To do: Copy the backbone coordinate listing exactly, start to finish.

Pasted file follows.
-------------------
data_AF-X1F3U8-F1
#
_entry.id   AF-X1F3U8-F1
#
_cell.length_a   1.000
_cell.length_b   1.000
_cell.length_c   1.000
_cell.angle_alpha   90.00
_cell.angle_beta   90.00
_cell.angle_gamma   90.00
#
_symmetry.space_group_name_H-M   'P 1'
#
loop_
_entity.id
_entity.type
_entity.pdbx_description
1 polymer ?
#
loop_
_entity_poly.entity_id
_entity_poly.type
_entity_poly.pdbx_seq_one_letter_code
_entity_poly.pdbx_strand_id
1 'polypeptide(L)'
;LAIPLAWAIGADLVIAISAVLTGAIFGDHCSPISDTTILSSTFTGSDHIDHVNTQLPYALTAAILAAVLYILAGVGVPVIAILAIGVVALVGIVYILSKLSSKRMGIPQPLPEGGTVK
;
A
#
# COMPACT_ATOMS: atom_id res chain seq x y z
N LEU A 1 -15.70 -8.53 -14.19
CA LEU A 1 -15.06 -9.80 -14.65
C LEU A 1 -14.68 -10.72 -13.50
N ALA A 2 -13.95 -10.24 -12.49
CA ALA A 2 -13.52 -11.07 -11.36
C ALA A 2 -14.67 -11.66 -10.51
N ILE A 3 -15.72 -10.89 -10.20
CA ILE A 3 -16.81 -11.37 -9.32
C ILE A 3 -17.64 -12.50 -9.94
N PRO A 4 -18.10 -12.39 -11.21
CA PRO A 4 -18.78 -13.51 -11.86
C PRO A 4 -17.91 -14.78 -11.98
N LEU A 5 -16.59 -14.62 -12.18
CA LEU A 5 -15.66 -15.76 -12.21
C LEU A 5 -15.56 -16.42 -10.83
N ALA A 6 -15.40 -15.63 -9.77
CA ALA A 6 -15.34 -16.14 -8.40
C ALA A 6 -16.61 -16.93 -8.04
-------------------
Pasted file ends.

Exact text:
data_AF-X1F3U8-F1
#
_entry.id   AF-X1F3U8-F1
#
_cell.length_a   1.000
_cell.length_b   1.000
_cell.length_c   1.000
_cell.angle_alpha   90.00
_cell.angle_beta   90.00
_cell.angle_gamma   90.00
#
_symmetry.space_group_name_H-M   'P 1'
#
loop_
_entity.id
_entity.type
_entity.pdbx_description
1 polymer ?
#
loop_
_entity_poly.entity_id
_entity_poly.type
_entity_poly.pdbx_seq_one_letter_code
_entity_poly.pdbx_strand_id
1 'polypeptide(L)'
;LAIPLAWAIGADLVIAISAVLTGAIFGDHCSPISDTTILSSTFTGSDHIDHVNTQLPYALTAAILAAVLYILAGVGVPVIAILAIGVVALVGIVYILSKLSSKRMGIPQPLPEGGTVK
;
A
#
# COMPACT_ATOMS: atom_id res chain seq x y z
N LEU A 1 -15.70 -8.53 -14.19
CA LEU A 1 -15.06 -9.80 -14.65
C LEU A 1 -14.68 -10.72 -13.50
N ALA A 2 -13.95 -10.24 -12.49
CA ALA A 2 -13.52 -11.07 -11.36
C ALA A 2 -14.67 -11.66 -10.51
N ILE A 3 -15.72 -10.89 -10.20
CA ILE A 3 -16.81 -11.37 -9.32
C ILE A 3 -17.64 -12.50 -9.94
N PRO A 4 -18.10 -12.39 -11.21
CA PRO A 4 -18.78 -13.51 -11.86
C PRO A 4 -17.91 -14.78 -11.98
N LEU A 5 -16.59 -14.62 -12.18
CA LEU A 5 -15.66 -15.76 -12.21
C LEU A 5 -15.56 -16.42 -10.83
N ALA A 6 -15.40 -15.63 -9.77
CA ALA A 6 -15.34 -16.14 -8.40
C ALA A 6 -16.61 -16.93 -8.04